The Symbiosis Of Deflategate And The Sports World
Last Tuesday, NFL commissioner Roger Goodell confirmed Tom Brady's four-game suspension, citing the fact that the New England Patriots superstar destroyed his cell phone as one of the main reasons the punishment was upheld.
Here is a simple recap of all the events that led to this most recent segment of the Deflategate saga:
On Jan. 18, weeks before the Pats prepared to play the Seattle Seahawks in Super Bowl XLIX, it is revealed that the team is under investigation for playing with balls that violate the league's weight limit.
Two days later, officials reveal that 11 out of the 12 footballs New England used were underinflated.
Bill Belichick is as Bill Belichick as ever, robotically denying any wrongdoing.
After a shocking interception in the final moments of SB XLIX, the Pats return to Foxboro as the newly crowned NFL champions. Three months later, the Ted Wells Report is released, infamously stating in a line that would make the spinning top at the end of Inception proud: "It is more probable than not that Tom Brady was at least generally aware of the inappropriate activities...involving the release of air from Patriots game balls."
Brady is promptly suspended for four games, and the team is fined $1 million and forced to forfeit a 2016 first-round pick as well as a 2017 fourth-rounder.
Brady and the NFL Player's Union appeal his suspension, which ultimately is denied.
From someone on the outside looking in, Deflategate resembles a very bad soap opera rather than a full-blown "scandal." But for those entrenched in the football world, when a new report concerning anything with "Deflategate" in the title is released, it might elicit an exasperated sigh or furtive eye roll...but we still end up reading it.
We scoff at the fact that Tom Brady's destroyed cell phone is being used as proof of non-adulterous cheating, but then eagerly devour the details and even do the math: 10,000 text messages over four months translates to a pretty reasonable 83 texts a day.
At the end, the fact that throughout Deflategate, everyone, their moms, and their extended family have formed opinions on this "issue," actual science has been called upon to explain the implications of a football that has one less pound of air than a regular one, and Patriots haters have pounced on this latest misstep of the sixth-most valuable sports team in the world, only adds to America's NFL craze.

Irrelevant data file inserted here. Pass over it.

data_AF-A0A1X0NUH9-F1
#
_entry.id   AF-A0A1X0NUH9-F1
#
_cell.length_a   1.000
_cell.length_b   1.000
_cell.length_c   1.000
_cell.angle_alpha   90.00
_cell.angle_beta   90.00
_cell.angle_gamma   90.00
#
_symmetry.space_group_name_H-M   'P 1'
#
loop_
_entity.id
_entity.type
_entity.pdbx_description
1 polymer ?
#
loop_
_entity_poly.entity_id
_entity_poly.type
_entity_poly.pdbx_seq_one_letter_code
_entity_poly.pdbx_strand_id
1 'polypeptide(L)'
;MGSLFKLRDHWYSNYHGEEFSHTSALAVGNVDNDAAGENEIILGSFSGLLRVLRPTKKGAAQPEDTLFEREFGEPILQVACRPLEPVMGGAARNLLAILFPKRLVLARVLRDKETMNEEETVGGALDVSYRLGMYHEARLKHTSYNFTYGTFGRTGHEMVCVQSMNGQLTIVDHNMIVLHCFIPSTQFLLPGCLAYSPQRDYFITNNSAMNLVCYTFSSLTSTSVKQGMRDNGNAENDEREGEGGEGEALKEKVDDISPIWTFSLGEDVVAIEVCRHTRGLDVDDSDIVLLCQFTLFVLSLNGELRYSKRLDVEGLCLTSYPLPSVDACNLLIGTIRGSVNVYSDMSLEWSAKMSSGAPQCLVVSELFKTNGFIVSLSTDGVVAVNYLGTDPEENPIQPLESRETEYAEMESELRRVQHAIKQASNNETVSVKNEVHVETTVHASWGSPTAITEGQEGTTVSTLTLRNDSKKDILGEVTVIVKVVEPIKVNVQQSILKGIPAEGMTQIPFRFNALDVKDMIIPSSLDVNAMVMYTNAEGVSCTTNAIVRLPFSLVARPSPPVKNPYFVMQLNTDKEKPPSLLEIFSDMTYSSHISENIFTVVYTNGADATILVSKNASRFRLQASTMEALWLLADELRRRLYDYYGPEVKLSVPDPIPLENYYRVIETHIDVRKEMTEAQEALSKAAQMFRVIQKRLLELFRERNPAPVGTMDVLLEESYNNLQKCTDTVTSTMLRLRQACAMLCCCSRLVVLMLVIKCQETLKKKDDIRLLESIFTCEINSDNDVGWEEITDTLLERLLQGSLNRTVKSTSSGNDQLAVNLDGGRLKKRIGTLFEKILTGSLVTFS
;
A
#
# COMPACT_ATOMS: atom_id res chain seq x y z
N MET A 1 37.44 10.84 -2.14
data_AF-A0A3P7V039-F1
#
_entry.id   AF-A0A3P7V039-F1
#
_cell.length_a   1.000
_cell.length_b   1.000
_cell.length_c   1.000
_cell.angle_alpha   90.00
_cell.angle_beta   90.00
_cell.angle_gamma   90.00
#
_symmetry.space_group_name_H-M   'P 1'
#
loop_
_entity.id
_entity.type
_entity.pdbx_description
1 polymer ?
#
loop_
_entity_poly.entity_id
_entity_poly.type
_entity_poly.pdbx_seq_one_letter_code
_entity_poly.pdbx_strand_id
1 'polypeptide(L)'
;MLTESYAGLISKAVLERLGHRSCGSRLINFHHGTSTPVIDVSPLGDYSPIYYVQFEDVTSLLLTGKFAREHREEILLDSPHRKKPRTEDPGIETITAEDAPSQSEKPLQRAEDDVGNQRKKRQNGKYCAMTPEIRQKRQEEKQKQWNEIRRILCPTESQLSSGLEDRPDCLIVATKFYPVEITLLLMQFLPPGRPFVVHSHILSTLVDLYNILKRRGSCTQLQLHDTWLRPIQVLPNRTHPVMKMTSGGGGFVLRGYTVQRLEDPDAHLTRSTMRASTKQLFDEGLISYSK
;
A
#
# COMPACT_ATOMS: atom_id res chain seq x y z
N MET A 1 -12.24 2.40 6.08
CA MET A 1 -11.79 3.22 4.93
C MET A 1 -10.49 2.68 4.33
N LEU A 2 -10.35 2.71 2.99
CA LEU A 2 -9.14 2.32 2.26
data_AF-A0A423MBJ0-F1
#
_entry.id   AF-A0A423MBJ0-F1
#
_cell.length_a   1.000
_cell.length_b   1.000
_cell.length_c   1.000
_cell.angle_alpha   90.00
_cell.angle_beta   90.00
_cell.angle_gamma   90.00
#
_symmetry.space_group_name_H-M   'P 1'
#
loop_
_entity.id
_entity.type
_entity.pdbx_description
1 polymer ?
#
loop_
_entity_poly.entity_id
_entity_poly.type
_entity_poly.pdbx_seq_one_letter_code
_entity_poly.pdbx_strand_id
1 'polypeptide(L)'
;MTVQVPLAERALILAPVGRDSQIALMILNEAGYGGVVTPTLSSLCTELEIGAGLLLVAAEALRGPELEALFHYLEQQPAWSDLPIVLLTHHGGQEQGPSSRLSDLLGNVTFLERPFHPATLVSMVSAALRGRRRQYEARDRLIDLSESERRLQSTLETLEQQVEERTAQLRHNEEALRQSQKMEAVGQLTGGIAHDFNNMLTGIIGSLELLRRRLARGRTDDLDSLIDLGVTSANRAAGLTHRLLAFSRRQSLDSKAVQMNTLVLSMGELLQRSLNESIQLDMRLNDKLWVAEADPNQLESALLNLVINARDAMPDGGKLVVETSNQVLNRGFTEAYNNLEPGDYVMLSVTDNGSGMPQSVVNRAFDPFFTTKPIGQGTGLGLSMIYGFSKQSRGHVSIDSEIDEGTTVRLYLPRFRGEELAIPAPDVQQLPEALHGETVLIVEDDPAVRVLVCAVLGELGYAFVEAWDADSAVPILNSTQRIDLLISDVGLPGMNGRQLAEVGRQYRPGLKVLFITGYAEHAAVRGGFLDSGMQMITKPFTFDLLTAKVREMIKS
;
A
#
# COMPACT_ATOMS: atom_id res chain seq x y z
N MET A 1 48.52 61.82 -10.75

When commentators, panelists and writers eloquently express why they think the Patriots have either forever tarnished their reputation or that the team's record overshadows this controversy, the opinions that are presented may be authentic, but the underlying theme is an obsession with keeping controversy news-worthy.
Deflategate is as important and news-worthy as we (and the league) want it to be. In an alternate universe, the Patriots would have gotten a slap on the wrist and Brady would be free to enjoy his offseason with Gisele and his favorite pair of Uggs. But then, what would there be to talk about until the preseason starts?
Considering that the majority of football spectators probably consume sports media on their tablets and smartphones, they expect brief, split-second alerts, easily digestible stats and continued updates on the latest controversies. In other words, if flagship programming were to dial back Deflategate coverage an focus just on technical, on-the-field news, viewers would either tune out or switch to another medium.
Thus, the fans' appetites are what media outlets base their content on, and this content is what perpetuates fans' appetites. The TMZ aspect of sports journalism is infiltrating mainstream sports journalism, and the daily sports circuit has already progressed to a point that we cannot turn back from. That said, there is no "problem" with the incessant coverage of what are ultimately non-sports related topics. It is just a phenomenon that highlights a shift in the current generation's attention span.